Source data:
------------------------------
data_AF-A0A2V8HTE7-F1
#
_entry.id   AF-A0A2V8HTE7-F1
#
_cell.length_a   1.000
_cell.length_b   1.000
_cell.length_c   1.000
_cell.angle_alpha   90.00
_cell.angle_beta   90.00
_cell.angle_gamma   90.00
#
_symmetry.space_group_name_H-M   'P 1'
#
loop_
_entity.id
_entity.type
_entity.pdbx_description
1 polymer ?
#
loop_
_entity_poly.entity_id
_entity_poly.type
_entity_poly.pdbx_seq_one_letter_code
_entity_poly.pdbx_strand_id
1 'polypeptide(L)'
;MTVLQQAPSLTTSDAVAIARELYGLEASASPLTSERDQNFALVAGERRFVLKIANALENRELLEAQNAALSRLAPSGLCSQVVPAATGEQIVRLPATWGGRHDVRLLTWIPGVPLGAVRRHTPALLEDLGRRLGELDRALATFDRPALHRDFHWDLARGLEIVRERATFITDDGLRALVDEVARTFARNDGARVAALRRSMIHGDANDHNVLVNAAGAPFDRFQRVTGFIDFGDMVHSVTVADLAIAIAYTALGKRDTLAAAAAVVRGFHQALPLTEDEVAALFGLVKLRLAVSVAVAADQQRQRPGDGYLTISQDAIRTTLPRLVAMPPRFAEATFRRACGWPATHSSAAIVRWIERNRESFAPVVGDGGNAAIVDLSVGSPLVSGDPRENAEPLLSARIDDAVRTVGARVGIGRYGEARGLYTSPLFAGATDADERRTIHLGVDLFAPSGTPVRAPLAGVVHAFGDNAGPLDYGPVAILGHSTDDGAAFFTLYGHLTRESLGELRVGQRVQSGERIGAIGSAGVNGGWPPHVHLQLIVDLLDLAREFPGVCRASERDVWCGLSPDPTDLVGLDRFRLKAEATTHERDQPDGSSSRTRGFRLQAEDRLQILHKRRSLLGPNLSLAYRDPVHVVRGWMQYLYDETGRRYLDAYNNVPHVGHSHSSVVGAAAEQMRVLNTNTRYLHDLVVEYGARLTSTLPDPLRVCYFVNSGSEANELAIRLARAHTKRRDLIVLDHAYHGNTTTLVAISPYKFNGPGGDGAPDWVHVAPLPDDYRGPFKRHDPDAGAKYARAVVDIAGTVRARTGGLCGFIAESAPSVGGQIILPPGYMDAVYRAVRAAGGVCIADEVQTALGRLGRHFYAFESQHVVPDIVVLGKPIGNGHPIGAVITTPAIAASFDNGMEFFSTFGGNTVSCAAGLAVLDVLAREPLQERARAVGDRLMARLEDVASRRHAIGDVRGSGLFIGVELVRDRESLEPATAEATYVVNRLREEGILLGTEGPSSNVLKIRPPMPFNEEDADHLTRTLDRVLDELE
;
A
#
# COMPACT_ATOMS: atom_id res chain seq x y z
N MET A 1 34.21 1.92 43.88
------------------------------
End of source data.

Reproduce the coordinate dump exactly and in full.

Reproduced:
data_AF-A0A2V8HTE7-F1
#
_entry.id   AF-A0A2V8HTE7-F1
#
_cell.length_a   1.000
_cell.length_b   1.000
_cell.length_c   1.000
_cell.angle_alpha   90.00
_cell.angle_beta   90.00
_cell.angle_gamma   90.00
#
_symmetry.space_group_name_H-M   'P 1'
#
loop_
_entity.id
_entity.type
_entity.pdbx_description
1 polymer ?
#
loop_
_entity_poly.entity_id
_entity_poly.type
_entity_poly.pdbx_seq_one_letter_code
_entity_poly.pdbx_strand_id
1 'polypeptide(L)'
;MTVLQQAPSLTTSDAVAIARELYGLEASASPLTSERDQNFALVAGERRFVLKIANALENRELLEAQNAALSRLAPSGLCSQVVPAATGEQIVRLPATWGGRHDVRLLTWIPGVPLGAVRRHTPALLEDLGRRLGELDRALATFDRPALHRDFHWDLARGLEIVRERATFITDDGLRALVDEVARTFARNDGARVAALRRSMIHGDANDHNVLVNAAGAPFDRFQRVTGFIDFGDMVHSVTVADLAIAIAYTALGKRDTLAAAAAVVRGFHQALPLTEDEVAALFGLVKLRLAVSVAVAADQQRQRPGDGYLTISQDAIRTTLPRLVAMPPRFAEATFRRACGWPATHSSAAIVRWIERNRESFAPVVGDGGNAAIVDLSVGSPLVSGDPRENAEPLLSARIDDAVRTVGARVGIGRYGEARGLYTSPLFAGATDADERRTIHLGVDLFAPSGTPVRAPLAGVVHAFGDNAGPLDYGPVAILGHSTDDGAAFFTLYGHLTRESLGELRVGQRVQSGERIGAIGSAGVNGGWPPHVHLQLIVDLLDLAREFPGVCRASERDVWCGLSPDPTDLVGLDRFRLKAEATTHERDQPDGSSSRTRGFRLQAEDRLQILHKRRSLLGPNLSLAYRDPVHVVRGWMQYLYDETGRRYLDAYNNVPHVGHSHSSVVGAAAEQMRVLNTNTRYLHDLVVEYGARLTSTLPDPLRVCYFVNSGSEANELAIRLARAHTKRRDLIVLDHAYHGNTTTLVAISPYKFNGPGGDGAPDWVHVAPLPDDYRGPFKRHDPDAGAKYARAVVDIAGTVRARTGGLCGFIAESAPSVGGQIILPPGYMDAVYRAVRAAGGVCIADEVQTALGRLGRHFYAFESQHVVPDIVVLGKPIGNGHPIGAVITTPAIAASFDNGMEFFSTFGGNTVSCAAGLAVLDVLAREPLQERARAVGDRLMARLEDVASRRHAIGDVRGSGLFIGVELVRDRESLEPATAEATYVVNRLREEGILLGTEGPSSNVLKIRPPMPFNEEDADHLTRTLDRVLDELE
;
A
#
# COMPACT_ATOMS: atom_id res chain seq x y z
N MET A 1 34.21 1.92 43.88